anzac day blog 2021 d

Reflection by Stewart Perry

Over the years I’ve heard many people say, in many different ways, that young people don’t understand or appreciate or value the things of the past, and I’m sure I have done the same at times.

While that may be true of many things it is not so when it comes to ANZAC Day. The significance, understanding, appreciation and value of ANZAC Day has increased exponentially in my lifetime.

At the same time, as people contemplate whether the traditions and message of the church will survive the current generations who attend, there seems to be little doubt that the traditions and message of ANZAC Day will continue. Even with the onset of the pandemic last year it was impossible to quieten the traditions and message. Of course they needed some reinterpretation but the message was heard. We remembered. We did not forget.

In many respects it was easy for Parish Council to decide not to hold in-person services this coming Sunday. In their place there will be some options:
You can watch a short online service at 7:30am and 9:30am
You can join Rev’d Mary-Anne at St John’s Burleigh Heads at 8am or 10am
You can join together at a unique service of prayer, worship and communion at 5pm in the afternoon (with afternoon tea from 4pm).

It was easy because the roads will be blocked off preventing easy access to the church in the morning but also easy because it is important that, when the church is invited to be part of a community and cultural event of this significance, we show up. I do not take for granted the immense privilege I have of conducting the 9am Service at the Robina Community Centre. Indeed, as important as gathering for worship is, in many ways this is more important.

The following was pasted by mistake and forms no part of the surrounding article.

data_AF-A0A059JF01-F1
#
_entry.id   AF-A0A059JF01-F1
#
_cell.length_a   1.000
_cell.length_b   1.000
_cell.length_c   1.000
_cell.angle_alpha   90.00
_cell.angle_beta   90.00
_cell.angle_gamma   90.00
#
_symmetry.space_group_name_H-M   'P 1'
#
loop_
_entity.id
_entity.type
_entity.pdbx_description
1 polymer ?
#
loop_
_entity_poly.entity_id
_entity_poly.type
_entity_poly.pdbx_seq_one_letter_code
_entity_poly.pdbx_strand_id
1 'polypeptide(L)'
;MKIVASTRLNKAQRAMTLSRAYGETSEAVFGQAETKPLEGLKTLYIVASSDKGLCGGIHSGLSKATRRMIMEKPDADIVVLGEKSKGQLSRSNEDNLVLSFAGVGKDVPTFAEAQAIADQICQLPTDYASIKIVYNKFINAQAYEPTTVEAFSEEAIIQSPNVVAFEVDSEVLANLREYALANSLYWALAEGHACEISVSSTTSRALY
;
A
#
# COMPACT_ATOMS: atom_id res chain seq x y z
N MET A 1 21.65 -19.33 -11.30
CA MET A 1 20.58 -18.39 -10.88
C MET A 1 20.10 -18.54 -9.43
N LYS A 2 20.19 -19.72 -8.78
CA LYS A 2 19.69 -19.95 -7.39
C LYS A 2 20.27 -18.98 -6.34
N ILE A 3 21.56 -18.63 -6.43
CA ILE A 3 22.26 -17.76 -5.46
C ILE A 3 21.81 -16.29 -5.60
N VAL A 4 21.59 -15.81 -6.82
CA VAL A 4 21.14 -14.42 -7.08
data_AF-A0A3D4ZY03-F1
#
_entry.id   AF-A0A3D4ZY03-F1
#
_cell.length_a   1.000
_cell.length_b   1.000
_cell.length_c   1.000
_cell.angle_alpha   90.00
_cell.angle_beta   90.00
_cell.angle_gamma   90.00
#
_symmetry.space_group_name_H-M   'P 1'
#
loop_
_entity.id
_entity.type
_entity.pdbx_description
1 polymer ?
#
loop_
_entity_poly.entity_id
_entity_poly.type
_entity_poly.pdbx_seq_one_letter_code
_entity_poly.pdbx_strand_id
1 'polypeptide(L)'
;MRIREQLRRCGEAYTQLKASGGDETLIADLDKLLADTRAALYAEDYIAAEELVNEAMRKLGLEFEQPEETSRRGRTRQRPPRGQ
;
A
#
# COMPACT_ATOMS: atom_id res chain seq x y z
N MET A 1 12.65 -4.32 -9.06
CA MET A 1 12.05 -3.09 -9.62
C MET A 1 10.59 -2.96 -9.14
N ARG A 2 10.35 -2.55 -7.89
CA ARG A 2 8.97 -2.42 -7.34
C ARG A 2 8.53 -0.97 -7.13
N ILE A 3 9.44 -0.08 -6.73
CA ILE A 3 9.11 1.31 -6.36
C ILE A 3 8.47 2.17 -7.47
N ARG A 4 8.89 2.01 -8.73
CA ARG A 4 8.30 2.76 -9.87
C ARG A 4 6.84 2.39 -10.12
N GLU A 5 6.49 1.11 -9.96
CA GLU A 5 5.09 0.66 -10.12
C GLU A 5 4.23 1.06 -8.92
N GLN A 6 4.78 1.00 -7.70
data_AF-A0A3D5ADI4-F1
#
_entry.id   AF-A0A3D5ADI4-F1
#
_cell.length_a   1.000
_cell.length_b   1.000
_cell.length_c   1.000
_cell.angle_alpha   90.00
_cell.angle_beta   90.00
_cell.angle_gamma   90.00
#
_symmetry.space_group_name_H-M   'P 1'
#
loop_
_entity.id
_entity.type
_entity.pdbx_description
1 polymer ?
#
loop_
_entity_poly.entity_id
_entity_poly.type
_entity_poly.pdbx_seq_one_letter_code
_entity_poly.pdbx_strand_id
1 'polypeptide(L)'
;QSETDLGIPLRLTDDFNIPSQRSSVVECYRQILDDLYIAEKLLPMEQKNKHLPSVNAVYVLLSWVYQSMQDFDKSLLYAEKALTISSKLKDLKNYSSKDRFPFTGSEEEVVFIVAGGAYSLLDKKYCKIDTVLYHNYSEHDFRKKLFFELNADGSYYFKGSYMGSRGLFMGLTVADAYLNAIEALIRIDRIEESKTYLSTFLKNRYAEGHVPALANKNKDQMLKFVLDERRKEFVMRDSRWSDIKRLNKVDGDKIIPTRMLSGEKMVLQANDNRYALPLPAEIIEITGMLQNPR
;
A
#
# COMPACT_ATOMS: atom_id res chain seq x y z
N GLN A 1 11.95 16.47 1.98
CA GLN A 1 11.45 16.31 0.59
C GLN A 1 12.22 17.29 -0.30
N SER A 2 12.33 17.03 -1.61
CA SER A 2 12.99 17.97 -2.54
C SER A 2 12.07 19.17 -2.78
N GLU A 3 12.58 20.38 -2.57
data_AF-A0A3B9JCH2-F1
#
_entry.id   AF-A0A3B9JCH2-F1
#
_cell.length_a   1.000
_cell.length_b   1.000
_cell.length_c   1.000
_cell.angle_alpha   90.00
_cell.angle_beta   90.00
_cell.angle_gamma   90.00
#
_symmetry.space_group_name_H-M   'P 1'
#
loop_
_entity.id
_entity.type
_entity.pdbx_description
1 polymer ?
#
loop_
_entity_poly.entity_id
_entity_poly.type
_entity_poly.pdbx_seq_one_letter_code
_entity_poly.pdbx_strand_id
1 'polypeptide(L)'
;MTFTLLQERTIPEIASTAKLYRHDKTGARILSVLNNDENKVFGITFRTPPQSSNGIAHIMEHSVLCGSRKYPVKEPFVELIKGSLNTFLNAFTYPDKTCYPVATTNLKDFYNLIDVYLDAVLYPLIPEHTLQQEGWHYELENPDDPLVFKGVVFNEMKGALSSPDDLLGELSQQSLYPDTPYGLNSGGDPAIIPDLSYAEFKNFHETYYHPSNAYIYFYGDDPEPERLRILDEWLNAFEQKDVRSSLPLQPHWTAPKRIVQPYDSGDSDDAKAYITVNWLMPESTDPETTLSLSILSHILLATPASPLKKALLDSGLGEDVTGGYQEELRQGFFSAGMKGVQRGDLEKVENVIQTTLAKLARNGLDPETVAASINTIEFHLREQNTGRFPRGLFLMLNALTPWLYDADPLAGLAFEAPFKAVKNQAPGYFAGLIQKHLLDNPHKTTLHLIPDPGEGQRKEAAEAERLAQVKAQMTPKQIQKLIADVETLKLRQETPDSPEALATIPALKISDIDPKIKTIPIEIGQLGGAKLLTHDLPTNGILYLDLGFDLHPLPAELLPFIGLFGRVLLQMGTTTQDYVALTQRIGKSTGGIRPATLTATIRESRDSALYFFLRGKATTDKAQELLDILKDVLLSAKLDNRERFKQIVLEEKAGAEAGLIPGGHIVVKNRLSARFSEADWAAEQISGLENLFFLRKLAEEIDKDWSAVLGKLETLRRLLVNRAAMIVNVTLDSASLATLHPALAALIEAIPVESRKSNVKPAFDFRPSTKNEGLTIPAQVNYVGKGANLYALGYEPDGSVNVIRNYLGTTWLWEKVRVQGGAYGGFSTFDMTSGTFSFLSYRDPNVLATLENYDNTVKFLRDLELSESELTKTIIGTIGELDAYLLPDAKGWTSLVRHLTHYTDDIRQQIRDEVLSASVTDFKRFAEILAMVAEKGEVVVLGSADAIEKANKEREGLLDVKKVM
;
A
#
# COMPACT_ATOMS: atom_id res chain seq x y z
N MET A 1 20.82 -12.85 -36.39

If we want people to hear, appreciate, understand and value the traditions and messages that make up our story, we have to take the time to listen to and understand their story. So when we are invited to be part of that story how could we say no? In the understanding of each other’s story we can find relationship, commonality and shared purpose. We can be surprised to discover that we are actually not that far away from each other.

Mary-Anne pointed out a few weeks ago that ANZAC Day is, in many ways, Australia’s resurrection story. We don’t need to hijack, co-opt or rebrand it so it fits with the church’s resurrection story but we can use it as an opportunity to build a bridge towards it. Instead of waiting for them to come to us how about we come to them? How about we prioritise ANZAC Day Commemorations over our regular worship times – after all we can still worship in many other ways and we can have special services to accommodate that.

I pray ANZAC Day is a special day for you, I hope to see you at one or a number of the options including our local march and service in Robina. Above all I pray we might be humble and stop and listen to the story being told, to share ours when we have an opportunity and thus build a bridge to the resurrection story that brings life to all every day of the year.

Lest we forget…


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